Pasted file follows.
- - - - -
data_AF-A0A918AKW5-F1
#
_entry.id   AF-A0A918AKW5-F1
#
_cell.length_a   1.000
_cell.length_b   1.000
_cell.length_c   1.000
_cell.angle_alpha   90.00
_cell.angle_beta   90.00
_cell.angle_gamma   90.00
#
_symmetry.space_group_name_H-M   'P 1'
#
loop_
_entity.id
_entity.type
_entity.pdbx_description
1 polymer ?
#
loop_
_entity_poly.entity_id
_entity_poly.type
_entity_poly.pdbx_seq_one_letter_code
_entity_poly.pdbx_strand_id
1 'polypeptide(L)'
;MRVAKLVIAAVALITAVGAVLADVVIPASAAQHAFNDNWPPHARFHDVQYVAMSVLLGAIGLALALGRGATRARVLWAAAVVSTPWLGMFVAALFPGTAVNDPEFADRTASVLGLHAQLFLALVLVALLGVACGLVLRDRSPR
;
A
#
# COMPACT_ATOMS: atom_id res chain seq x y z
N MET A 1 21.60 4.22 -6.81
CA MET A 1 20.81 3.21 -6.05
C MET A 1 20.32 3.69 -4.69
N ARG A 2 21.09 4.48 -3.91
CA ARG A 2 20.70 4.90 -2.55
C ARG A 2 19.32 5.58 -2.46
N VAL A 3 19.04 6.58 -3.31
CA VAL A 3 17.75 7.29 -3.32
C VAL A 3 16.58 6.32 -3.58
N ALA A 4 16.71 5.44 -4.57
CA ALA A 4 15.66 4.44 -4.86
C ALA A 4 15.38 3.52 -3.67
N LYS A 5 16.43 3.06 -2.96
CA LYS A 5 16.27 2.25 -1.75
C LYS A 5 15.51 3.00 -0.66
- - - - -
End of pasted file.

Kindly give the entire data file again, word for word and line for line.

data_AF-A0A918AKW5-F1
#
_entry.id   AF-A0A918AKW5-F1
#
_cell.length_a   1.000
_cell.length_b   1.000
_cell.length_c   1.000
_cell.angle_alpha   90.00
_cell.angle_beta   90.00
_cell.angle_gamma   90.00
#
_symmetry.space_group_name_H-M   'P 1'
#
loop_
_entity.id
_entity.type
_entity.pdbx_description
1 polymer ?
#
loop_
_entity_poly.entity_id
_entity_poly.type
_entity_poly.pdbx_seq_one_letter_code
_entity_poly.pdbx_strand_id
1 'polypeptide(L)'
;MRVAKLVIAAVALITAVGAVLADVVIPASAAQHAFNDNWPPHARFHDVQYVAMSVLLGAIGLALALGRGATRARVLWAAAVVSTPWLGMFVAALFPGTAVNDPEFADRTASVLGLHAQLFLALVLVALLGVACGLVLRDRSPR
;
A
#
# COMPACT_ATOMS: atom_id res chain seq x y z
N MET A 1 21.60 4.22 -6.81
CA MET A 1 20.81 3.21 -6.05
C MET A 1 20.32 3.69 -4.69
N ARG A 2 21.09 4.48 -3.91
CA ARG A 2 20.70 4.90 -2.55
C ARG A 2 19.32 5.58 -2.46
N VAL A 3 19.04 6.58 -3.31
CA VAL A 3 17.75 7.29 -3.32
C VAL A 3 16.58 6.32 -3.58
N ALA A 4 16.71 5.44 -4.57
CA ALA A 4 15.66 4.44 -4.86
C ALA A 4 15.38 3.52 -3.67
N LYS A 5 16.43 3.06 -2.96
CA LYS A 5 16.27 2.25 -1.75
C LYS A 5 15.51 3.00 -0.66